Spinal Cord Ischemia

Earn CME/CE in your profession:

Continuing Education Activity

Spinal cord ischemia and infarction occur less frequently than cerebral infarction but result in significant mortality, disability, and reduced quality of life in survivors. Modern imaging techniques and refined diagnostic criteria have increased awareness of spinal cord ischemia and enhanced the current knowledge of its pathophysiology. With prompt clinical recognition and judicious use of diagnostic studies and comprehensive clinical follow-up, occupational therapy, and rehabilitation, many patients can experience improved functional outcomes. This activity reviews the pathogenesis, diagnosis, evaluation, and treatment of spinal cord ischemia and emphasizes the role of the interprofessional team in improving care for patients with this condition.


  • Summarize recent evidence-based diagnostic criteria for acute spinal cord ischemia.
  • Review current theories regarding the mechanism of spinal cord ischemia.
  • Outline the best imaging tools to evaluate for spinal cord ischemia.
  • Describe the role of interprofessional teams in collaborating to prognosticate recovery from spinal cord ischemia.


Spinal cord ischemia and infarction occur less frequently than cerebral infarction but result in significant mortality, disability, and reduced quality of life in survivors. Modern imaging techniques and refined diagnostic criteria have increased awareness of spinal cord ischemia and enhanced our understanding of its pathophysiology. With prompt clinical recognition and judicious use of diagnostic tests including imaging studies, many patients can experience good functional outcomes with comprehensive clinical follow-up, occupational therapy, and rehabilitation.


Acute spinal cord ischemia (ASCI) can occur in a range of clinical settings, but a significant portion of documented cases occur in the setting of acute aortic pathology or aortic surgery. It is thus useful to classify etiologies as spontaneous or periprocedural.[1] Nonetheless, despite a thorough investigation, a causative source cannot be identified in a significant share of patients.[2][3][4]

Spontaneous Causes of Spinal Cord Ischemia

As with cerebral ischemia/infarction, the TOAST classification system provides a useful schema for developing a differential diagnosis in spinal cord ischemia.[5] Strokes may be attributable to large vessel atherosclerosis, cardioembolism, small-vessel occlusion (lacunar infarction), other/unknown etiologies. Aortic pathology is the most common source of spinal cord ischemia. Approximately 1% of patients presenting with acute Type A aortic dissection will have spinal cord stroke.[6] A case of thoracoabdominal aortic aneurysm, with or without associated dissection, is also associated with spinal cord ischemia.[7] In one larger study of ASCI, 33% of cases were attributed to atherosclerotic disease, 16% to aortic pathology, and 16% to degenerative spine disease.[8] Although less common, embolic stroke can occur from aortic atheroma, myxoma, or infectious valvular vegetation. A special case of embolic spinal cord infarction occurs to mobilized disc material in so-called “fibrocartilaginous emboli” (FCE), which may occur with acute disc herniation. Large osteophytes and spinal stenosis have also been associated with acute cord ischemia when paired with abrupt motion.[9]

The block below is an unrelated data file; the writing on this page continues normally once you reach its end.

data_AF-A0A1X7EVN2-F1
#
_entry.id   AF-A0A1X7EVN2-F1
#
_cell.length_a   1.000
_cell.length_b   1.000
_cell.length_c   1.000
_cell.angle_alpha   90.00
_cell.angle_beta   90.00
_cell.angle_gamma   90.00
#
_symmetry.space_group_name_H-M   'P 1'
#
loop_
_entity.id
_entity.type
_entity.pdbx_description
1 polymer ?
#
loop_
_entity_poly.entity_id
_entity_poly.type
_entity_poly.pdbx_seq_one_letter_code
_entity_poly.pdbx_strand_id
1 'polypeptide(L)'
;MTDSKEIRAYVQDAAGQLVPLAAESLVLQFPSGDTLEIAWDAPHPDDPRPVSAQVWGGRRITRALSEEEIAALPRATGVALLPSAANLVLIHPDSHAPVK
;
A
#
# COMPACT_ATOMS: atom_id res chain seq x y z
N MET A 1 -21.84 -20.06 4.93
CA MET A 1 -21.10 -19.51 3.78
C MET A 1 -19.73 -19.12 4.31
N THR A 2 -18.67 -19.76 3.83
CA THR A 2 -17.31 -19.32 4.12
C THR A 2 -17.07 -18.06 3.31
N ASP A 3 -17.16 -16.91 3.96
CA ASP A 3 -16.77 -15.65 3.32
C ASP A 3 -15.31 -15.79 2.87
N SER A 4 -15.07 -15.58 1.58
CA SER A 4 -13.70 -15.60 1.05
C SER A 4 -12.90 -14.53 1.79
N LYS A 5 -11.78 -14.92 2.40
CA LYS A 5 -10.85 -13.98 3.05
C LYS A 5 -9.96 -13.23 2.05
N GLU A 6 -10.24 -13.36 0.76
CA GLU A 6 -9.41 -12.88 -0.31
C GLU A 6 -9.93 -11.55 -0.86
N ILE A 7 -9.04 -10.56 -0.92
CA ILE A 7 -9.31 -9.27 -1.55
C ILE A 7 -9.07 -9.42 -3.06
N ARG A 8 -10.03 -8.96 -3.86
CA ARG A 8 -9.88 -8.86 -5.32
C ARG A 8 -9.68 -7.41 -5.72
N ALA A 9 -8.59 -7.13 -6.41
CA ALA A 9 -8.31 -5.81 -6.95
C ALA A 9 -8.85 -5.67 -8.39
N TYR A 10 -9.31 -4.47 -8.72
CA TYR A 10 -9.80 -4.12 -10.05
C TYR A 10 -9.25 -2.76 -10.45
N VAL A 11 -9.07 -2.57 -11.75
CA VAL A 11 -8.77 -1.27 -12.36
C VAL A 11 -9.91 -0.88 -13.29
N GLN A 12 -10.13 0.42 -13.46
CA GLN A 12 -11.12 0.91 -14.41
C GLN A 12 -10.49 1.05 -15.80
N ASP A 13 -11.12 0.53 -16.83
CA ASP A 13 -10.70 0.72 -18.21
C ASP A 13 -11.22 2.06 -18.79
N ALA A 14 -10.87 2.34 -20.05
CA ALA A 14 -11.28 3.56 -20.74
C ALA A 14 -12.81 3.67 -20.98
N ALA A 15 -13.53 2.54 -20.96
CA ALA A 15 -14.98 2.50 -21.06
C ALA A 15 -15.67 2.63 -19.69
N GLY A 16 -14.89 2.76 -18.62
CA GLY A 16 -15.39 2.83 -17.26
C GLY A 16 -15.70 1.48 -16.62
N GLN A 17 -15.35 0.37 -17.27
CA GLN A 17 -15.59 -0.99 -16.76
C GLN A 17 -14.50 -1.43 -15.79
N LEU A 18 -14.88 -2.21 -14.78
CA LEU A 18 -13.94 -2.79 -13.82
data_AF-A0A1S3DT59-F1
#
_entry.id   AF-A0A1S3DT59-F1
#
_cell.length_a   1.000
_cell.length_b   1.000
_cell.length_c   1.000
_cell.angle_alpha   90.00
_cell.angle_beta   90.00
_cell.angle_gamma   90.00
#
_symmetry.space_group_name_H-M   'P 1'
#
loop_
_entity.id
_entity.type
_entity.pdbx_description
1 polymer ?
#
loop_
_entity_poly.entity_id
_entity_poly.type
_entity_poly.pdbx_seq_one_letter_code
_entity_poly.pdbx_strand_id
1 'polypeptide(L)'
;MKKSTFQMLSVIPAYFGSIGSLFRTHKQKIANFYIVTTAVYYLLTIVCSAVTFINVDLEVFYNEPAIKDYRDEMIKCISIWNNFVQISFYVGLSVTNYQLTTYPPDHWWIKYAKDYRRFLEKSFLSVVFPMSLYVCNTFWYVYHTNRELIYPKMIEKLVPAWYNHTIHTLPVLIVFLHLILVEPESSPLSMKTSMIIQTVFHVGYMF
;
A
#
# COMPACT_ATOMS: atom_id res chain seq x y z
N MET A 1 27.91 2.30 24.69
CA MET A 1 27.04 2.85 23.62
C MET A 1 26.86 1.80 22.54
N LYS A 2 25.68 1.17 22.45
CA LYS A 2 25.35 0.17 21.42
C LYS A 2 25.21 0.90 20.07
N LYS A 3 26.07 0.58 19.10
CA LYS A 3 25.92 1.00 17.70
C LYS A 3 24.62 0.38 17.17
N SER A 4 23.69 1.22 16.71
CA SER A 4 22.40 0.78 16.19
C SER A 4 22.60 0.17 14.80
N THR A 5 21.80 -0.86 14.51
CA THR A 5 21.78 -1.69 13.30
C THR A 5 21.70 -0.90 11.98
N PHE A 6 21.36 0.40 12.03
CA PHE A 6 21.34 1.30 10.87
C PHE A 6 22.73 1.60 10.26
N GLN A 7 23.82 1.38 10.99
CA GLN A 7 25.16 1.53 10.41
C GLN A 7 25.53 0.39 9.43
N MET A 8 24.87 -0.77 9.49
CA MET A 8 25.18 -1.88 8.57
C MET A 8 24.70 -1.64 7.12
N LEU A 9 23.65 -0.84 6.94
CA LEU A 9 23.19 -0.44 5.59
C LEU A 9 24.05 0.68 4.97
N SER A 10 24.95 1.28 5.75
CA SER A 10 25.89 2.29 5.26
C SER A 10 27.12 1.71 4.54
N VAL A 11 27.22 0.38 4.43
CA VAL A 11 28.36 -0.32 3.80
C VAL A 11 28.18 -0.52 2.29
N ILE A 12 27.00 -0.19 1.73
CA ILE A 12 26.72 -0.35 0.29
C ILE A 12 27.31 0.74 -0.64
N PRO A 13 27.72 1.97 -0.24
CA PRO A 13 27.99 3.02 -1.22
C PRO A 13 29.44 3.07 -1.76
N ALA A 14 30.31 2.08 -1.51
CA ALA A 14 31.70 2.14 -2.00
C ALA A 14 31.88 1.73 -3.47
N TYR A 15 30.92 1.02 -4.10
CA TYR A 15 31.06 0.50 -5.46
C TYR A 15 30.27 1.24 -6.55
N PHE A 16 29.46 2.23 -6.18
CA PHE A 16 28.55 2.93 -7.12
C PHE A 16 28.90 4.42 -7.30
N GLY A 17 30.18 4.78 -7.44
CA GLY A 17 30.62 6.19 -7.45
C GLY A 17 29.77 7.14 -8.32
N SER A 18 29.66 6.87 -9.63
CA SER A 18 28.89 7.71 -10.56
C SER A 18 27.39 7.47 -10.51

Cervical vessel injury which results in interrupted flow to the upper anterior spinal artery can arise in the setting of trauma, abrupt head-turning, cocaine abuse, and chiropractic manipulation.[1][10] A panoply of less common causes of spontaneous cord ischemia has been described including anterior spinal artery (ASA) embolism, arteriovenous malformation, sickle cell anemia, lupus erythematosus, epidural hematoma, and decompression sickness.[3][9]

Iatrogenic Causes of Spinal Cord Ischemia

A significant number of cases of spinal cord ischemia occur in the periprocedural setting. Up to 45% of all reported cord infarctions in one case series were attributed to an iatrogenic cause.[2]

Aortic surgery has long had recognition as a risk factor for spinal cord stroke. Spinal cord ischemia can occur during both cross-clamping and de-clamping, the latter due to abrupt reperfusion of the viscera and resultant hyperperfusion of radicular arteries.[10] The risk of spinal cord ischemia resulting in permanent deficit following aortic grafting is substantial, reported between 0.3 and 6.5%.[11] The duration of cross-clamp time, pre-existing vascular risk factors, and length of the repaired aortic segment contribute to risk. 

Cord infarction/ischemia following percutaneous procedures is a rare but devastating complication reported following celiac ganglion block, epidural steroid injection, intra-aortic balloon pump, and lumbar epidural catheter placement.[10][12][9] Unintentional embolization during spinal angiographic embolization procedures can also occur. Orthopedic lumbar surgery can cause infarction as a result of the microembolization of the disc material.[3][7]


Spinal cord ischemia and infarction are uncommon relative to cerebrovascular stroke, constituting an estimated 0.3 to 1% of all strokes.[13] Acute spinal cord ischemia syndrome (ASCIS) is also rare among myelopathies, accounting for an estimated 5 to 8%.[8] Both sexes appear to be affected equally.[3][9] In many case series, affected patients had multiple traditional cardiovascular risk factors including hypertension, diabetes, and evidence of large-vessel atherosclerosis.[2][4][9][14]


Vascular Anatomy of the Spinal Cord